of the CWA. However, despite the relative lack of higher snow
amounts, the aforementioned strong winds will lead to blowing snow
concerns in north central Kansas. Forecast soundings still show 40
to 50 kts at the top of the mixed layer throughout the day and based
on upstream trends, these should be realized at the surface. The
question is, will blizzard conditions be met? For now, given the
possibility of p-types oscillating between snow and freezing drizzle
and lack of a pre-existing snow pack, have opted for a continuation
of the winter weather advisory with near blizzard conditions
mentioned in the body of the product and highlighted in other

The overall precip shield should gradually shift east through the
day and slowly weaken, with most of the precipitation concluded
before 06Z. Near record to record cold then settles into the region
tonight with lows in the low 20s north to mid to upper 20s
southeast. These temperatures would pose a serious threat to any
sensitive vegetation that has bloomed in the recent stretch of warm

.LONG TERM...(Sunday through Friday)
Issued at 424 AM CDT Sat Apr 14 2018

Deep surface low will continue to move off to the northeast into
northern Indiana and Ohio on Sunday as high pressure builds into
central and eastern Kansas. The surface pressure gradient will
gradually decrease through the day and expect gusty northwest winds
to continue through the mid afternoon. Morning wind chill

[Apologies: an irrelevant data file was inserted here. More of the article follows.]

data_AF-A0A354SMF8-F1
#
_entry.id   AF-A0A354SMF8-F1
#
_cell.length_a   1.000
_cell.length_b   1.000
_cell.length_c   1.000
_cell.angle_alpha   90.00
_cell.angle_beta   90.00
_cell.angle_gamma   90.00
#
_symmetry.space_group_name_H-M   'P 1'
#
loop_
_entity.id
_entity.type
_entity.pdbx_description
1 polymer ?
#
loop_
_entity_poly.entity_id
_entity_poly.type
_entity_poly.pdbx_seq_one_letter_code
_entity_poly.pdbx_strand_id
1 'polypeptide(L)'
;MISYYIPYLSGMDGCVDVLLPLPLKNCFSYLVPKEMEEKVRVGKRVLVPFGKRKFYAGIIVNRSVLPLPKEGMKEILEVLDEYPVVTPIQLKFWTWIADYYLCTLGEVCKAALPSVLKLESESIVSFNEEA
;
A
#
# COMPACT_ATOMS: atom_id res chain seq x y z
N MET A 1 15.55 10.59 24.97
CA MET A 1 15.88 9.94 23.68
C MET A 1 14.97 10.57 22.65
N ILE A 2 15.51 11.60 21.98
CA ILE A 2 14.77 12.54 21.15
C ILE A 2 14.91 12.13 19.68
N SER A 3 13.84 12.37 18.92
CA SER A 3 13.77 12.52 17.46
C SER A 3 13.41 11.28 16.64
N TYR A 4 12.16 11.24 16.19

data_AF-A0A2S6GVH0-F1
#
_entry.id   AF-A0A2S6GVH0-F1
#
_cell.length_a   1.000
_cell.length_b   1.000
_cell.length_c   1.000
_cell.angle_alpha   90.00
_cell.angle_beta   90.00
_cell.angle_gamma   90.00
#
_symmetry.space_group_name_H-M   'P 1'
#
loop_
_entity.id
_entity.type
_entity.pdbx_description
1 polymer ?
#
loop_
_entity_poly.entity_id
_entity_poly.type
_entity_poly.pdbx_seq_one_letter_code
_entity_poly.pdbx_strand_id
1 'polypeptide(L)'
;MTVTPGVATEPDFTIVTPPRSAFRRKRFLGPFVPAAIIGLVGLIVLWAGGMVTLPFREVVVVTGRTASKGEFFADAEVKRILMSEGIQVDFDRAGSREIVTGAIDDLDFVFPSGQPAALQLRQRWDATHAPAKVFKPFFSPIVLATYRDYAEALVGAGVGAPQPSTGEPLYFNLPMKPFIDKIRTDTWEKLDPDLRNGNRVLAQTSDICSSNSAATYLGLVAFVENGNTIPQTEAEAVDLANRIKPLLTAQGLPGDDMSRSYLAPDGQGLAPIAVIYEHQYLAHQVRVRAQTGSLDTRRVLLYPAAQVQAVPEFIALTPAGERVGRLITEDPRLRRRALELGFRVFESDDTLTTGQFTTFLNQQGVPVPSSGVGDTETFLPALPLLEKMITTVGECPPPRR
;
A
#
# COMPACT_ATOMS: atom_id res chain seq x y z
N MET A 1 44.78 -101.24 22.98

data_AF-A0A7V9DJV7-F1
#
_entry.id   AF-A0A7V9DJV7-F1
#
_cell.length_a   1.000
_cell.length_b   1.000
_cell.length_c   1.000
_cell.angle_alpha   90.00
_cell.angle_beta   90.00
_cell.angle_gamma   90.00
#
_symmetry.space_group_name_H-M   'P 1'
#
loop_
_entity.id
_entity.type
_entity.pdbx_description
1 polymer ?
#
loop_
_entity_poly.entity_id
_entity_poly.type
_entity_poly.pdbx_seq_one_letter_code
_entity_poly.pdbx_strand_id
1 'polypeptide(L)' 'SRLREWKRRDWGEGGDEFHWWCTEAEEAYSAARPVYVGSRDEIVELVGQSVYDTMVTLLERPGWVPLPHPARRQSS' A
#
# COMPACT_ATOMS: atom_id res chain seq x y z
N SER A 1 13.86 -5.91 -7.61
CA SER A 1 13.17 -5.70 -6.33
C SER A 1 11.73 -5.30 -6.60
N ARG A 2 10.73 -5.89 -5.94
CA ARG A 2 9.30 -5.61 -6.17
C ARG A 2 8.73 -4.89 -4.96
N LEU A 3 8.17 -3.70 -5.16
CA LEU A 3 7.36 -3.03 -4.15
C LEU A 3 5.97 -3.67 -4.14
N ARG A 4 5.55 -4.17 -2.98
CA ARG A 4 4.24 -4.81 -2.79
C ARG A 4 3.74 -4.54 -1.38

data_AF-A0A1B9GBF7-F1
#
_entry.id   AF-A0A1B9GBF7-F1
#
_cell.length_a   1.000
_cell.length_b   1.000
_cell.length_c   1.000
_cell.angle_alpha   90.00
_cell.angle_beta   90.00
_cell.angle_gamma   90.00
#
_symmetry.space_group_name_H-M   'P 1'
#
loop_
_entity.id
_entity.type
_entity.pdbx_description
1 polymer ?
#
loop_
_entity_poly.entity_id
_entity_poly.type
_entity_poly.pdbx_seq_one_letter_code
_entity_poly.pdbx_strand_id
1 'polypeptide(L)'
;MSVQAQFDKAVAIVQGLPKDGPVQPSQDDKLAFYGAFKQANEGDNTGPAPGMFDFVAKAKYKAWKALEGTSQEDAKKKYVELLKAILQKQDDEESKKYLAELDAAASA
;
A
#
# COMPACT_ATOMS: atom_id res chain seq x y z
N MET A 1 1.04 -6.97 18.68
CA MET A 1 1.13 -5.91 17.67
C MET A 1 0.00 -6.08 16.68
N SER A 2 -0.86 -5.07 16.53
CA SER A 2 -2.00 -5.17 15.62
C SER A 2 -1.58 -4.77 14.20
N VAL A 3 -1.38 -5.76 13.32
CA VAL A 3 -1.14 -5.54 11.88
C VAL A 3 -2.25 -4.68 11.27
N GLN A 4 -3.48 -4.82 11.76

temperatures will start out in the single digits and teens Sunday
morning making for a frigid start to the day. Highs on Sunday are
expected to range from the upper 30s to mid 40s, which is some 20
degrees below normal for mid April. Lows drop into the teens and 20s
Monday morning along with light winds and clear skies will allow for
good radiational cooling to take place. Warm advection and rising
heights on Monday will yield highs in the 50s to near 60.

Moisture will increase on Tuesday as a warm front lifts northward in
response to an approaching upper trough from the surface through 850
mb. Veering winds to the southwest will keep the deeper moisture
across east central and southeast Kansas. Forecast soundings show
much of the area will remain capped to surface based convection save
areas southeast of I-35 in east central Kansas where it weakens by
late afternoon or early evening. Highs Tuesday will warm back into
the 70s across the area. As the upper trough moves across the Plains
a surface front and dry line will move eastward across northeast